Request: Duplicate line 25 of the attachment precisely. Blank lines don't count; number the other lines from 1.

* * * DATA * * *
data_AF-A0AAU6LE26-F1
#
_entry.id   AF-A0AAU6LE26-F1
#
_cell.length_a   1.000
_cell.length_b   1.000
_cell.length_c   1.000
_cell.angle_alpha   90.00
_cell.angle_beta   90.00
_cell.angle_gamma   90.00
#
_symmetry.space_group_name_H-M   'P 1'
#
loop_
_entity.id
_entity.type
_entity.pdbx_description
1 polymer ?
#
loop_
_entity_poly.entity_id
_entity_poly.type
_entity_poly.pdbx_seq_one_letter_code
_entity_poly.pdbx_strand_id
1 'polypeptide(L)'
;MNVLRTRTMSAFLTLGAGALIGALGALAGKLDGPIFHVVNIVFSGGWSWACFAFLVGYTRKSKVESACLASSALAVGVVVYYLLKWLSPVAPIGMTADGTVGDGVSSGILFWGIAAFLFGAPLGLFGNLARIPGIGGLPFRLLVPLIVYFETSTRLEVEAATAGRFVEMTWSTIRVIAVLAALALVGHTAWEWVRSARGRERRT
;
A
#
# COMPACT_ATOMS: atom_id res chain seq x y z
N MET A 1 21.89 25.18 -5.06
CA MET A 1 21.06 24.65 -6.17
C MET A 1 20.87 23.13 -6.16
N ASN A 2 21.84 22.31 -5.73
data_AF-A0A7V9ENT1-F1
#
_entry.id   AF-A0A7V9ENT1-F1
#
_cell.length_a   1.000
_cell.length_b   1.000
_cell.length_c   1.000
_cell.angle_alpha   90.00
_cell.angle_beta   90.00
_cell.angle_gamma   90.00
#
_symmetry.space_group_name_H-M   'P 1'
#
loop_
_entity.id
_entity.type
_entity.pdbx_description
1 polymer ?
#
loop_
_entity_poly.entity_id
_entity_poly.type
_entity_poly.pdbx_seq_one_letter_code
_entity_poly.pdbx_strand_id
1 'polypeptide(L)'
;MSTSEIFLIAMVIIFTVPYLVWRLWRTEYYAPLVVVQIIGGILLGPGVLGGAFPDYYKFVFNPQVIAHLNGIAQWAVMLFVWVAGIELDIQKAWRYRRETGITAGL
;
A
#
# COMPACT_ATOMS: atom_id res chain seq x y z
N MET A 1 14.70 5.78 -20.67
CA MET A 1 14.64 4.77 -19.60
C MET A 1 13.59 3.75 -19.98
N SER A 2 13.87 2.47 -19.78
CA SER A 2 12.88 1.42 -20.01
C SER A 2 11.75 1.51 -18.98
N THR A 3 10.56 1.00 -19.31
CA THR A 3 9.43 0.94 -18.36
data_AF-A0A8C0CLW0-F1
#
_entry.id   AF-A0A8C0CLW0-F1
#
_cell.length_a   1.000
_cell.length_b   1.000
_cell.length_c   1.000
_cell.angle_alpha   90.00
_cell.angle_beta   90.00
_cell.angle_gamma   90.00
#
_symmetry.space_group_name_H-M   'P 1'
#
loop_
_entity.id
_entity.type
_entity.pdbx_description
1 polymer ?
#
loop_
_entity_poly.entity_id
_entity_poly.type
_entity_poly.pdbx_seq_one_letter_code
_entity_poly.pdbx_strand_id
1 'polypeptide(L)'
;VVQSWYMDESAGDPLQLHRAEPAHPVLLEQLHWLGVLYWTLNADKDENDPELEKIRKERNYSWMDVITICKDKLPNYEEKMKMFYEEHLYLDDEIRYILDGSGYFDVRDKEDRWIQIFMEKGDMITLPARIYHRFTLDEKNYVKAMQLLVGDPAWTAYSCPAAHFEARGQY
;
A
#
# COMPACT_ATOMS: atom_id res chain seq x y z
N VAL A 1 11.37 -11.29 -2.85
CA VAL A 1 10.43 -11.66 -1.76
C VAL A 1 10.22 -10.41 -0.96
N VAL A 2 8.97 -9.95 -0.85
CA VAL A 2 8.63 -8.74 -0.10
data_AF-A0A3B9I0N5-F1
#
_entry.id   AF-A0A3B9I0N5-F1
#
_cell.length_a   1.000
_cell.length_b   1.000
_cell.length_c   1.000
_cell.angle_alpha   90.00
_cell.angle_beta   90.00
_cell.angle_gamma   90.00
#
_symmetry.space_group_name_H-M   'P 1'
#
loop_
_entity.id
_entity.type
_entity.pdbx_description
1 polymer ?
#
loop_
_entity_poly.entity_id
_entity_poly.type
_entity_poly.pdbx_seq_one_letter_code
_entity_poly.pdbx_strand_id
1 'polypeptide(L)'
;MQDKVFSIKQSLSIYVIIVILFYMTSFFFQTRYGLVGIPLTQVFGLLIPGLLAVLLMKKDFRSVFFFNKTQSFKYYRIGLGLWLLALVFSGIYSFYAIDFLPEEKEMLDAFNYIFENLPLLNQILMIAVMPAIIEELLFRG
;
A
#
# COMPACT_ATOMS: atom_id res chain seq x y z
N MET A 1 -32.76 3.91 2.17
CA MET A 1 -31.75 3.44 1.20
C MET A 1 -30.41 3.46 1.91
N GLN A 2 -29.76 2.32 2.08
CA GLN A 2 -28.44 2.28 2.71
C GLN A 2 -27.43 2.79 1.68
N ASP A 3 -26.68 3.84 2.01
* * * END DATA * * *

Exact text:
1 'polypeptide(L)'